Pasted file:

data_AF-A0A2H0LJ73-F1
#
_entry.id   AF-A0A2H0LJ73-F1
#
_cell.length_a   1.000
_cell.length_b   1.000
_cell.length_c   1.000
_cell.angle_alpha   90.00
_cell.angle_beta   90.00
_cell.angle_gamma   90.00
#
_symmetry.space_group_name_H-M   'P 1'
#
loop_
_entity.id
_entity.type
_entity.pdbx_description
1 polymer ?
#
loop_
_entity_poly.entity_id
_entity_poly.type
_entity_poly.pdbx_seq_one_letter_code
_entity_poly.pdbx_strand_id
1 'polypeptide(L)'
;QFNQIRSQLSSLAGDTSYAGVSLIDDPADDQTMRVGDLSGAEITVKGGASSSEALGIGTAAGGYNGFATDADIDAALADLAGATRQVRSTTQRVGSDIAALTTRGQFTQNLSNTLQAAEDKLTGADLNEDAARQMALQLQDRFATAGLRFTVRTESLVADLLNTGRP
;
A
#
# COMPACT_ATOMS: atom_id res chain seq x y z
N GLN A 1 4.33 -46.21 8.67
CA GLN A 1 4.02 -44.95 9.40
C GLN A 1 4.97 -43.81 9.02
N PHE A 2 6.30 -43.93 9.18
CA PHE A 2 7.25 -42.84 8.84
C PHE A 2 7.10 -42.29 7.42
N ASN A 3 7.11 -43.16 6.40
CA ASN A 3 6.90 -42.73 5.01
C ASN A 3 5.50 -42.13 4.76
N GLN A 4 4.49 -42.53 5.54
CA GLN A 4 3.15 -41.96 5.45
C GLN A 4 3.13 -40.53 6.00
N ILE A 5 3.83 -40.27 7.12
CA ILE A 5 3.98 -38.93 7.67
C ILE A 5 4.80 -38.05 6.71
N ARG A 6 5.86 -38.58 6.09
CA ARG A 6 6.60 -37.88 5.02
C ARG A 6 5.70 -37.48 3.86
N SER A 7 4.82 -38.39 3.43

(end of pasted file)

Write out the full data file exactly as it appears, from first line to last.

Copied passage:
data_AF-A0A2H0LJ73-F1
#
_entry.id   AF-A0A2H0LJ73-F1
#
_cell.length_a   1.000
_cell.length_b   1.000
_cell.length_c   1.000
_cell.angle_alpha   90.00
_cell.angle_beta   90.00
_cell.angle_gamma   90.00
#
_symmetry.space_group_name_H-M   'P 1'
#
loop_
_entity.id
_entity.type
_entity.pdbx_description
1 polymer ?
#
loop_
_entity_poly.entity_id
_entity_poly.type
_entity_poly.pdbx_seq_one_letter_code
_entity_poly.pdbx_strand_id
1 'polypeptide(L)'
;QFNQIRSQLSSLAGDTSYAGVSLIDDPADDQTMRVGDLSGAEITVKGGASSSEALGIGTAAGGYNGFATDADIDAALADLAGATRQVRSTTQRVGSDIAALTTRGQFTQNLSNTLQAAEDKLTGADLNEDAARQMALQLQDRFATAGLRFTVRTESLVADLLNTGRP
;
A
#
# COMPACT_ATOMS: atom_id res chain seq x y z
N GLN A 1 4.33 -46.21 8.67
CA GLN A 1 4.02 -44.95 9.40
C GLN A 1 4.97 -43.81 9.02
N PHE A 2 6.30 -43.93 9.18
CA PHE A 2 7.25 -42.84 8.84
C PHE A 2 7.10 -42.29 7.42
N ASN A 3 7.11 -43.16 6.40
CA ASN A 3 6.90 -42.73 5.01
C ASN A 3 5.50 -42.13 4.76
N GLN A 4 4.49 -42.53 5.54
CA GLN A 4 3.15 -41.96 5.45
C GLN A 4 3.13 -40.53 6.00
N ILE A 5 3.83 -40.27 7.12
CA ILE A 5 3.98 -38.93 7.67
C ILE A 5 4.80 -38.05 6.71
N ARG A 6 5.86 -38.58 6.09
CA ARG A 6 6.60 -37.88 5.02
C ARG A 6 5.70 -37.48 3.86
N SER A 7 4.82 -38.39 3.43